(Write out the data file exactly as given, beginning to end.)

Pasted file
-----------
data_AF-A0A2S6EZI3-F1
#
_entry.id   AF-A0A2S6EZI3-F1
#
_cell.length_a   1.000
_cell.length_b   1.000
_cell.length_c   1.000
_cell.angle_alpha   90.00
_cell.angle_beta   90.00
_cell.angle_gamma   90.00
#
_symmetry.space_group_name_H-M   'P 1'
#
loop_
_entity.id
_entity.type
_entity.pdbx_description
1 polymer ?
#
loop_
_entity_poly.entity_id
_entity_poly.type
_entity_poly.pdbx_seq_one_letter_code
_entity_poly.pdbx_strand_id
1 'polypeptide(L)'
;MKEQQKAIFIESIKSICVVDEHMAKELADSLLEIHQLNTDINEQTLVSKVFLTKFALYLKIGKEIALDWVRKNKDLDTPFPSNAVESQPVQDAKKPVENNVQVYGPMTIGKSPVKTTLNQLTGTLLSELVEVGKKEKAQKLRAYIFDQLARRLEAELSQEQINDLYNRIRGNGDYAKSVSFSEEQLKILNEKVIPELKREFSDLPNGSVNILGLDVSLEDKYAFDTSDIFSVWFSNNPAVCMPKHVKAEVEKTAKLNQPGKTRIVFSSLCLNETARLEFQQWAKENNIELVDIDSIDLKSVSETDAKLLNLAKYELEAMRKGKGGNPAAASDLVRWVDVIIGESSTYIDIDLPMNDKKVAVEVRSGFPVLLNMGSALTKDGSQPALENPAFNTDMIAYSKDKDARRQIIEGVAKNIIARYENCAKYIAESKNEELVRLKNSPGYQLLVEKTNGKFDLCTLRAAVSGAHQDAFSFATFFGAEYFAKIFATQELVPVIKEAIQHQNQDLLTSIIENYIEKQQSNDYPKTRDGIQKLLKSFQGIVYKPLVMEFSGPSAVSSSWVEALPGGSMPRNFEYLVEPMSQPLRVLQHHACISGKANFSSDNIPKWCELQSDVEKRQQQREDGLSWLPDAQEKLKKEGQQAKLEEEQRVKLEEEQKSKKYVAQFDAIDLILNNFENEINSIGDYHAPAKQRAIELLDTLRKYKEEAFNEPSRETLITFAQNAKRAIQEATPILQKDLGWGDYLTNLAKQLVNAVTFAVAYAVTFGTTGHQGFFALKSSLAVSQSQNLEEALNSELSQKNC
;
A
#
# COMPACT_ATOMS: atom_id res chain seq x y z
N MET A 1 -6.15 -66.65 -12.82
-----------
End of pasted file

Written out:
data_AF-A0A2S6EZI3-F1
#
_entry.id   AF-A0A2S6EZI3-F1
#
_cell.length_a   1.000
_cell.length_b   1.000
_cell.length_c   1.000
_cell.angle_alpha   90.00
_cell.angle_beta   90.00
_cell.angle_gamma   90.00
#
_symmetry.space_group_name_H-M   'P 1'
#
loop_
_entity.id
_entity.type
_entity.pdbx_description
1 polymer ?
#
loop_
_entity_poly.entity_id
_entity_poly.type
_entity_poly.pdbx_seq_one_letter_code
_entity_poly.pdbx_strand_id
1 'polypeptide(L)'
;MKEQQKAIFIESIKSICVVDEHMAKELADSLLEIHQLNTDINEQTLVSKVFLTKFALYLKIGKEIALDWVRKNKDLDTPFPSNAVESQPVQDAKKPVENNVQVYGPMTIGKSPVKTTLNQLTGTLLSELVEVGKKEKAQKLRAYIFDQLARRLEAELSQEQINDLYNRIRGNGDYAKSVSFSEEQLKILNEKVIPELKREFSDLPNGSVNILGLDVSLEDKYAFDTSDIFSVWFSNNPAVCMPKHVKAEVEKTAKLNQPGKTRIVFSSLCLNETARLEFQQWAKENNIELVDIDSIDLKSVSETDAKLLNLAKYELEAMRKGKGGNPAAASDLVRWVDVIIGESSTYIDIDLPMNDKKVAVEVRSGFPVLLNMGSALTKDGSQPALENPAFNTDMIAYSKDKDARRQIIEGVAKNIIARYENCAKYIAESKNEELVRLKNSPGYQLLVEKTNGKFDLCTLRAAVSGAHQDAFSFATFFGAEYFAKIFATQELVPVIKEAIQHQNQDLLTSIIENYIEKQQSNDYPKTRDGIQKLLKSFQGIVYKPLVMEFSGPSAVSSSWVEALPGGSMPRNFEYLVEPMSQPLRVLQHHACISGKANFSSDNIPKWCELQSDVEKRQQQREDGLSWLPDAQEKLKKEGQQAKLEEEQRVKLEEEQKSKKYVAQFDAIDLILNNFENEINSIGDYHAPAKQRAIELLDTLRKYKEEAFNEPSRETLITFAQNAKRAIQEATPILQKDLGWGDYLTNLAKQLVNAVTFAVAYAVTFGTTGHQGFFALKSSLAVSQSQNLEEALNSELSQKNC
;
A
#
# COMPACT_ATOMS: atom_id res chain seq x y z
N MET A 1 -6.15 -66.65 -12.82